Developers, bankers and other market participants are talking increasingly seriously about the prospect of solar projects in Texas obtaining debt financing on the basis of power hedges, even with a potentially detrimental trade case decision looming in Washington.
Developers have been asking commodities traders for quotes on power hedges for solar projects in Texas for at least six months, though deal watchers speaking with PFR recently were not aware of any such deals reaching financial close yet.
“Until this year, on a cost basis, they couldn’t get done,” says a renewables developer in California with several years of experience in power marketing. “To me, it’s a really interesting development. In my mind, by definition, if you can get a hedge in ERCOT, you are at market parity, because a hedge is the price for power.”
As much as two thirds of the solar projects in the queue in Texas, representing some 5.3 GW of capacity, could be done on the basis of hedges, he adds, noting that solar has an advantage over wind in that it is less geographically constrained and is an on-peak source of power.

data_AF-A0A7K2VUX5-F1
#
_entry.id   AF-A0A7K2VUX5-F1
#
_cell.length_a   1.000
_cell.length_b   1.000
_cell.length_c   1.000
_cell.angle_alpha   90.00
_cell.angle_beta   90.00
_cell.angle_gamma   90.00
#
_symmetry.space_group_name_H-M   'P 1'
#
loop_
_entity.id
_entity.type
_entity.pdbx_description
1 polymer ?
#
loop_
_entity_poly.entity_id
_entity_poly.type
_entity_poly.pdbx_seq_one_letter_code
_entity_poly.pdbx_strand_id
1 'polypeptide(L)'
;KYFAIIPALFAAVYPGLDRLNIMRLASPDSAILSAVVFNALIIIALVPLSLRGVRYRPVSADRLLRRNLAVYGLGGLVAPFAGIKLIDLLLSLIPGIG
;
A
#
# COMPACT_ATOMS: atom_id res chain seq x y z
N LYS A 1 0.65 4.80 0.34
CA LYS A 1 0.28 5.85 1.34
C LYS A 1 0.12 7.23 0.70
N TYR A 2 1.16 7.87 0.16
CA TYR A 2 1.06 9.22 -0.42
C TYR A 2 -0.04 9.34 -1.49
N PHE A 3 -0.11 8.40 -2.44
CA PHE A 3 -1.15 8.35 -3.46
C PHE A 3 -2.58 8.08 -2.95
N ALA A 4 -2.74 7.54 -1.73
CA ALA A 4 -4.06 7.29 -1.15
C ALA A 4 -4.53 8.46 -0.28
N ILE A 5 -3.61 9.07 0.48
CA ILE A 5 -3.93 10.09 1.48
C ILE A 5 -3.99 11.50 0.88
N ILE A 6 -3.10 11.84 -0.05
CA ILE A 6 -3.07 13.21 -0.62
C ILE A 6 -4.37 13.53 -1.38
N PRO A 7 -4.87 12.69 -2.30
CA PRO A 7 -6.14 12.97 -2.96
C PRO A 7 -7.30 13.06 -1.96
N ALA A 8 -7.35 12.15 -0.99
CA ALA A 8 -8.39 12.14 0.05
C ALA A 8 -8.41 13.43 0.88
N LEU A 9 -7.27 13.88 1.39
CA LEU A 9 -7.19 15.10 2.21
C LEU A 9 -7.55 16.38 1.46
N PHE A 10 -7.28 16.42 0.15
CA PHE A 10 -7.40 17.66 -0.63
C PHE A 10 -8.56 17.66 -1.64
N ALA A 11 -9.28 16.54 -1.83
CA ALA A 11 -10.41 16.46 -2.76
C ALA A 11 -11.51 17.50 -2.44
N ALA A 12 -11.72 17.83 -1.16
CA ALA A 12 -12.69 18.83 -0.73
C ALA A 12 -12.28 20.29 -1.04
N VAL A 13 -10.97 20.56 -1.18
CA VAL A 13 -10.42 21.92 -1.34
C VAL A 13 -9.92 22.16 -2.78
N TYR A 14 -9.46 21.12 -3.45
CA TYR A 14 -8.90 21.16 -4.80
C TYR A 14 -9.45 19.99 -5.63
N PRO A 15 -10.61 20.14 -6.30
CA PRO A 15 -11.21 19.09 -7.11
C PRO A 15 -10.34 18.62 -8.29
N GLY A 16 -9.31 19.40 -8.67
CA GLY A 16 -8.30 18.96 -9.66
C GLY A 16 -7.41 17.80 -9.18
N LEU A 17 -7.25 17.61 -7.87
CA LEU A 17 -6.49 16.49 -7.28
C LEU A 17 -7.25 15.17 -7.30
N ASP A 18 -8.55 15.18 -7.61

Banks have also increasingly been looking at such deals, as well as solar projects that require lenders to attribute some value to a merchant tail after the expiration of the contract in order to be economically viable.
This is partly because competition to acquire contracted, development-stage assets has been so fierce that acquisitive sponsors have had to assign value to the merchant tail in order to be successful in auctions, says a project finance banker in New York. In order for them to hit their return targets, they will need to size the debt accordingly—meaning longer amortization schedules.
Market participants weighing the risks of financing merchant solar risk in the U.S. need not look far for a cautionary tale. Several projects financed on the basis of merchant cash flows in Chile ended up in distress in 2016, amid tumbling power prices, a mining slump and the travails of sponsors such as SunEdison and Abengoa (PFR, 3/22/16).